From left, Amy Adams and Christian Bale play Lynne and Dick Cheney, and Sam Rockwell and Andrea Wright play George and Laura Bush in “Vice.” (Courtesy Matt Kennedy/ Annapurna Pictures)

‘Vice’ energetically details Dick Cheney’s rise to power

“Vice,” written and directed by Adam McKay, is messy going as it chronicles Dick Cheney’s Machiavellian rise from boozing lout to democracy-crushing de facto commander. But this bio-comedy and political crazy quilt is nonetheless winningly energetic and imaginative.

McKay taps into somewhat recent history, depicts egregious behavior and employs a playful, anything-goes storytelling style in this follow-up to his similarly crafted “The Big Short.”

A transformed Christian Bale plays Cheney, who’s a drunken underachiever, booted from Yale, when we meet him in Wyoming in 1963. When his fiancee, Lynne (Amy Adams), tells him she won’t marry a loser, Cheney promises not to disappoint her again. He keeps his word, sometimes chillingly.

He becomes a Capitol Hill lackey, assisting brash, crude congressman Donald Rumsfeld (Steve Carell). Plum legislative and administrative jobs follow. Both lucky and stealthy, Cheney enters the White House power core. In 2000, George W. Bush (Sam Rockwell), portrayed as a malleable dolt, asks Cheney to be his running mate. Cheney accepts, after manipulating Bush to expand vice-presidential powers.

Immediately following the 9/11 attacks, a barely hinged Cheney is running the show. His behind-the-scenes maneuvers lead to the U.S. invasion of Iraq. That war killed hundreds of thousands of Iraqi civilians. Cheney’s legacy also includes torture.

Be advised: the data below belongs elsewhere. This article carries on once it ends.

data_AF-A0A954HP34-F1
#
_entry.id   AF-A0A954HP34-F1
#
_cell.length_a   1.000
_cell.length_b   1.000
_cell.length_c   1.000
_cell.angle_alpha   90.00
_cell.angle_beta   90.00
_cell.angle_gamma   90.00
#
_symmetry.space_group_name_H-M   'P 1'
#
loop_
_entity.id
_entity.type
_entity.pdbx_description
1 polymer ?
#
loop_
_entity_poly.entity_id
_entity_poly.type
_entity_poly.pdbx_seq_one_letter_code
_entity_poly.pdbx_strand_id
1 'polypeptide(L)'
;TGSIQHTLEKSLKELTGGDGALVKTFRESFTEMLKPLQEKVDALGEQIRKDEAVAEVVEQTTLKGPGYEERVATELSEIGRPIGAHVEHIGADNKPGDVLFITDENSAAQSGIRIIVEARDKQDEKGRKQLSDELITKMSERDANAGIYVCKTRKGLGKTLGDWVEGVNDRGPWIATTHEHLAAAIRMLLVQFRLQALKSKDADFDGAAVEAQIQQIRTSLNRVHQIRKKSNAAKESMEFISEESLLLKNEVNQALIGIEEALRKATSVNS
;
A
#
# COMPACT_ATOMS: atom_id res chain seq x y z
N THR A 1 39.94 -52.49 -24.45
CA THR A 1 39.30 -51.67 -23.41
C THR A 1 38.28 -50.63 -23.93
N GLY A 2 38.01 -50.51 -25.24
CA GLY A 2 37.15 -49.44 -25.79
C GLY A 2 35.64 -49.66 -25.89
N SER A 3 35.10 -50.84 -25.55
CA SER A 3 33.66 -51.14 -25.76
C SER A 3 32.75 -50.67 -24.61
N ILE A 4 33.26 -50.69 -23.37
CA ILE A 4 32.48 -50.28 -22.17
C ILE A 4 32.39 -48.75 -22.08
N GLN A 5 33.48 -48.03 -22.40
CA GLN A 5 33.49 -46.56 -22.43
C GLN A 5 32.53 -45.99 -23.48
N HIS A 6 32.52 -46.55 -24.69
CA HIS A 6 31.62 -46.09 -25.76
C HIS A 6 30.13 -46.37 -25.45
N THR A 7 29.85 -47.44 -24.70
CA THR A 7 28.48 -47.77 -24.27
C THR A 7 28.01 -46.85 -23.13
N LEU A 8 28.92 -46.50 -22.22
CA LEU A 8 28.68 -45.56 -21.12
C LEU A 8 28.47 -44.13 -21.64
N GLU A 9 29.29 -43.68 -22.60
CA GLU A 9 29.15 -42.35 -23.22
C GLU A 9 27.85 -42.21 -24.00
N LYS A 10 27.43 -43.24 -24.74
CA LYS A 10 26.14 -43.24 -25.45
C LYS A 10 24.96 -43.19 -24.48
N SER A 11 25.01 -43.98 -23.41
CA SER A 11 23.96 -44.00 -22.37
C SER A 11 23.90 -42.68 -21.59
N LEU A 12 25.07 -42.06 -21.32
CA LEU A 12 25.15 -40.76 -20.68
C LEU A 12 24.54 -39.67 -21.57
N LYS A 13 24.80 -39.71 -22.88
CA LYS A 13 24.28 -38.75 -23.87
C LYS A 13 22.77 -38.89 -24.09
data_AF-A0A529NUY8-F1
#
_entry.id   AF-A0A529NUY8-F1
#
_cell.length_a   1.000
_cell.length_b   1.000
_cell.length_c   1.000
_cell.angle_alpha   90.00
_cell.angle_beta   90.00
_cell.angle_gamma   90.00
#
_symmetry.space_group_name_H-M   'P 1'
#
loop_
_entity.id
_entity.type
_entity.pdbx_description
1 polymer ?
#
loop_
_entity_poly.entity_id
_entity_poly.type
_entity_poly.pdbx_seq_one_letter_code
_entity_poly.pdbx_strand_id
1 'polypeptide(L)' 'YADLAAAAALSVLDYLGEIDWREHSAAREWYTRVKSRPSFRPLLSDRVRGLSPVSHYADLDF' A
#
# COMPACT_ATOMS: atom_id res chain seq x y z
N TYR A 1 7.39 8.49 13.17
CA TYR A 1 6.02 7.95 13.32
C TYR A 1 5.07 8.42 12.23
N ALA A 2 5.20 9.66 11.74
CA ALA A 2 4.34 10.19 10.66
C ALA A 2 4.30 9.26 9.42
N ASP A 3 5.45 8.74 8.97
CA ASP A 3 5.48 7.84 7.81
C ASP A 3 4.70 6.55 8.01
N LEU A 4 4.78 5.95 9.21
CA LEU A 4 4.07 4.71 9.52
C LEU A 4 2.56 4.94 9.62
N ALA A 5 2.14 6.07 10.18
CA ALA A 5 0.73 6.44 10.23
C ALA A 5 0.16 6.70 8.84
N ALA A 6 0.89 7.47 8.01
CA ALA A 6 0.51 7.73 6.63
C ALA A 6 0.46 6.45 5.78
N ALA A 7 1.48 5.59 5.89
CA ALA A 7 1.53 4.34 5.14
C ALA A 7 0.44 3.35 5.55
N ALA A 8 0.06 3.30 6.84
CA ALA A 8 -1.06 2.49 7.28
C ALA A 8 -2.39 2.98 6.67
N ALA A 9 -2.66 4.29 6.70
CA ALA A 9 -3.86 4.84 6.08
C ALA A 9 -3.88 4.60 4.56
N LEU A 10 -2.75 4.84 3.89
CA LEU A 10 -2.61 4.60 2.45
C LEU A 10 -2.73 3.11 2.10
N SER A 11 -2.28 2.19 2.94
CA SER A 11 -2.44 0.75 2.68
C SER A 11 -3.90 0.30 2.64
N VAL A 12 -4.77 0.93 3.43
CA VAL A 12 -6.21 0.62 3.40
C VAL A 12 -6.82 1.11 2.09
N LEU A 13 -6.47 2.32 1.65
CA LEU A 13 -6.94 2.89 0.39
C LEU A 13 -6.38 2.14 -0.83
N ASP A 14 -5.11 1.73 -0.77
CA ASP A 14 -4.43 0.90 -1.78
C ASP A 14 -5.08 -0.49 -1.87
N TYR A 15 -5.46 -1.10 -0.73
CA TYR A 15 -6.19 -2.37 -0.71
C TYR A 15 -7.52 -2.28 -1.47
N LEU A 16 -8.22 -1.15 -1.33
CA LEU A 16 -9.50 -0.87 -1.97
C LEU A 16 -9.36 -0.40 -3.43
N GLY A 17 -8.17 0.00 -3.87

Cheney demonstrates decency only as a family man. When daughter Mary (Alison Pill) comes out as a lesbian, he responds supportively, though things get thorny when daughter Liz (Lily Rabe) opposes gay marriage when running for senator.

How does a monotone bureaucrat with zero charisma become the most powerful VP in U.S. history and possibly the most powerful man on Earth? Addressing that question, often through a mysterious narrator, McKay focuses on Cheney’s keen ability to recognize and grab every choice opportunity.

Not a graceful filmmaker, McKay fills the movie with stylistically incompatible comic devices and more informational bits than we can process. Cheney’s heart attacks unsubtly symbolize a rotten heart. A waiter reading from a torture-related menu has a sketch-TV quality.

Yet McKay delivers so much creative energy and Bale is so scarily Cheney-like that the film prompts enough laughs and contains enough sizzling truths to overcome its flaws, whether Dick and Lynne are engaging in McKay-scripted “Macbeth”-style pillow talk or Cheney is dangerously enhancing presidential authority.

And the violations of democracy seen onscreen can’t help but suggest the current Washington scene.

While Bale’s Cheney indeed benefits from ace makeup artistry, and looks convincingly balder and fleshier as the years progress, the actor goes beyond the physical. He conveys a growing contemptuousness and Cheney/Bale’s smirky impressions transcend imitation. When Cheney senses an opportunity to seize power, a spark faintly but unsettlingly flickers in Bale’s eyes.

Adams, playing, essentially, Lady Macbeth lite, is excellent as always, but can do only so much with her role. Rockwell and Carell, in tune with McKay’s spiritedness, are one-dimensional but entertaining support.

REVIEW
Vice
Three stars
Starring: Christian Bale, Amy Adams, Steve Carell, Sam Rockwell
Written and directed by: Adam McKay
Rated: R
Running time: 2 hours, 12 minutes

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